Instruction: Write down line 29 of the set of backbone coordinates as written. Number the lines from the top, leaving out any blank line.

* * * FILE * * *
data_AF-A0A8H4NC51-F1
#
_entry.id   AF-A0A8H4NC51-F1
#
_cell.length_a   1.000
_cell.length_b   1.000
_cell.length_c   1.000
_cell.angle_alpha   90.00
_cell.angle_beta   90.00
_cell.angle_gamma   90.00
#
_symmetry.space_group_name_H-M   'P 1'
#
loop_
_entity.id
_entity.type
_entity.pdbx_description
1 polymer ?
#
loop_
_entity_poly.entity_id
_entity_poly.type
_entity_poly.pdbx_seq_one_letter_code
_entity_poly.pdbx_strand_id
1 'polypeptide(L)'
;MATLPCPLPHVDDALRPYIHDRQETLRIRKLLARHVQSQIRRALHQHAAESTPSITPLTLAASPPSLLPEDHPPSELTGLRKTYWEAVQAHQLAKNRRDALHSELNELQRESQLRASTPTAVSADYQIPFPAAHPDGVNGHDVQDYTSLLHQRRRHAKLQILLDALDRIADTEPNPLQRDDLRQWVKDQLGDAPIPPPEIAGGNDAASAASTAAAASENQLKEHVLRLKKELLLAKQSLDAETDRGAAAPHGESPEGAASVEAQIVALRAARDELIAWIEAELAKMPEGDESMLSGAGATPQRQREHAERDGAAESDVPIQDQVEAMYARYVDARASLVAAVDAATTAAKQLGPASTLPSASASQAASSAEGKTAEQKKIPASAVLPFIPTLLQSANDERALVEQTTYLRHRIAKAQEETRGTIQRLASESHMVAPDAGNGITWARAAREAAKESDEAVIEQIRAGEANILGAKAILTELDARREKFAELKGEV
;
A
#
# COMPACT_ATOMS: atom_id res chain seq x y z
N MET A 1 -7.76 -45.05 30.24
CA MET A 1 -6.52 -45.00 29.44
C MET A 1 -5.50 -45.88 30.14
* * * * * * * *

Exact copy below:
#